The universe and its origin are described by the most famous Chinese myths. In them, in ancient times, from the primordial chaos, the creator god Pangu created order, the universe and gave all the conditions for life. Creation, however, did not affect humans, Pangu did not create them, and later the goddess New Wah engaged in this work, sculpting them from clay.
At the same time, there are myths about great natural disasters – floods and droughts, which in today’s China strongly resonate with modern reality. These myths about cataclysms also lead to creation, as cataclysms put an end, but also a beginning, respectively to be re-created and rebuilt. These myths also describe the dragon Yu, who dug riverbeds to drain the earth after a great flood.
Creation of the World
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Before the world took on its original form, before the great creator Pangu appeared, the Beginning was chaos. No land, no oceans, endless chaos, and only the uncontrollable element existed. The element was composed of elements that would later be released as earth, water, fire and air. And when, from infinity and beginninglessness, Pangu was born in the shell of an egg, then the world began to take shape.
For a long time, thousands of years, Pangu evolved and fed on the elements and the elements that spun, twisted, shook and boiled uncontrollably. Pangu’s sleep was especially important because it gained the energy, strength, and power he would need for Creation.
Eighteen thousand years Pangu slept. He awoke, and there was darkness around him, in which he could only make out the chaotic natural elements that moved in space. Deciding that this could no longer be the case, he gathered the strength he had gained during his long sleep and awoke Life by striking with terrible force his mighty right hand over the elements. Incredible thunder followed, which spread across the boundless space of millions of kilometers.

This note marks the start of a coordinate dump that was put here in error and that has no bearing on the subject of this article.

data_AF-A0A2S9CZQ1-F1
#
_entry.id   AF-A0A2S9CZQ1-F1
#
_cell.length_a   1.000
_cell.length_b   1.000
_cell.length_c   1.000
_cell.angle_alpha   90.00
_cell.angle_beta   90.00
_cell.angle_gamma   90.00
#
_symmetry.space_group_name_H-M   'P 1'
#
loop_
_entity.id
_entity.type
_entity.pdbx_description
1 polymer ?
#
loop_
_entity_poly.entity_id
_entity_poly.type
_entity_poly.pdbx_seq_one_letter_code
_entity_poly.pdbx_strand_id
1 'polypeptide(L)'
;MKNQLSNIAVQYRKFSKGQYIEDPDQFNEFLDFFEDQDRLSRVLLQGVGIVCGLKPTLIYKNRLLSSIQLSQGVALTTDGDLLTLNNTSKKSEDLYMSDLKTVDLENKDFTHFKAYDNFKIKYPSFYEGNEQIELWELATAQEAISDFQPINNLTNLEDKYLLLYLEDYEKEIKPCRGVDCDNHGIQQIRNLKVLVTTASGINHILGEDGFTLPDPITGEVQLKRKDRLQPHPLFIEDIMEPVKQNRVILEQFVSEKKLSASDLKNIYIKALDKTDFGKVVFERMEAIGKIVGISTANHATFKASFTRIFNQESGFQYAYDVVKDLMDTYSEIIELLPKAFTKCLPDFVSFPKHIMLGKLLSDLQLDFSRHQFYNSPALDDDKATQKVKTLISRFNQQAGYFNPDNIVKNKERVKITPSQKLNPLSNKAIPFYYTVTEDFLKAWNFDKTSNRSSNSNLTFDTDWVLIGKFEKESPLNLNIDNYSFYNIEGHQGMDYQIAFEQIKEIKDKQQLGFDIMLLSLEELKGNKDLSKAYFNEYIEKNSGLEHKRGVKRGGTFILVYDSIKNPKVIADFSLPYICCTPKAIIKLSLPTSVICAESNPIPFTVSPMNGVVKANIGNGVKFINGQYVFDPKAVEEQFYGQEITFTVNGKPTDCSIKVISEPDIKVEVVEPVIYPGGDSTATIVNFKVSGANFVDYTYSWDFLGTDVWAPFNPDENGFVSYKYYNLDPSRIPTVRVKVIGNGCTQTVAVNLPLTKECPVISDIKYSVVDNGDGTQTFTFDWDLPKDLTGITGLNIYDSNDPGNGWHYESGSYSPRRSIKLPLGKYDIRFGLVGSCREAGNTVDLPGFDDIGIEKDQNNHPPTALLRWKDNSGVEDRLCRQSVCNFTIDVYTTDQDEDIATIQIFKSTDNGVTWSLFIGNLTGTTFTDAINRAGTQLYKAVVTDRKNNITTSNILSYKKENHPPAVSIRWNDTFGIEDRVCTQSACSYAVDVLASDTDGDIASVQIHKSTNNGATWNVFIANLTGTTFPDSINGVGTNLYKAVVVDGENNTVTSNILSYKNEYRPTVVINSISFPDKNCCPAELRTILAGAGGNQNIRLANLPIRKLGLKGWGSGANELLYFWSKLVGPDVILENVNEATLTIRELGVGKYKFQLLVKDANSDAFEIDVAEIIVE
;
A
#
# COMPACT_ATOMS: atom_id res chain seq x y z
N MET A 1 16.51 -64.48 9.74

Due to the power of Pangu, the elements calmed down, the universe began to take shape, and the heavy elements descended, while the light ones went up. The earth, the rocks and the soils were formed; the sky and the space were formed. Thus Pangu created heaven and earth, the two most important parts of the world.
The earth and the sky continued to grow, the earth’s hardness gradually became thicker, deeper, layers were superimposed, rocks above them, and on them clay and on it lighter soil layers. The sky was getting higher and higher, and even Pangu himself could not see where his limit was.
This great work took a long time, the creation could not be rushed. Pangu stood between heaven and earth, holding them with his mighty huge hands so that they would not collide and return to the primordial chaos from which he had created them. Pangu and the creature grew and stood for thousands of years as a column of order between heaven and earth, until the time came and decided that it was enough – nothing would collapse if released. And he fell asleep again in his deep sleep.
Pangu died in his sleep, which grew deeper and deeper, until eventually, over time, his breathing slowed and stopped. However, the creature had a life of its own, and although Pangu died, it continued to exist. Pangu’s last breath flew into the sky and turned into winds and clouds, thus inspiring a new beginning.
The last moan turned into the roar of thunder, its sweat as it strengthened the heavens turned into dew and rain. The deity’s eyes became the Sun and the Moon, and the hairs of his beard flew to the sky, creating the stars in the night sky.
Pangu’s body transformed in the mountains all over the earth, like rock capillaries of creation. His arms and legs marked the four directions of the world: north, south, west, east. His blood served the rivers of the lands, and eventually his flesh decomposed into the fertile land and fields. In the new lands, Pangu’s fallen hair took root in the soil and the first trees and flowers grew.
The life-death-life cycle was fulfilled by the great Pangu – so he became a true Creator. He gave rise to the universe, the earth, the sky, the directions, the rivers, the fields, the mountains, the sun and the moon. The great work of life.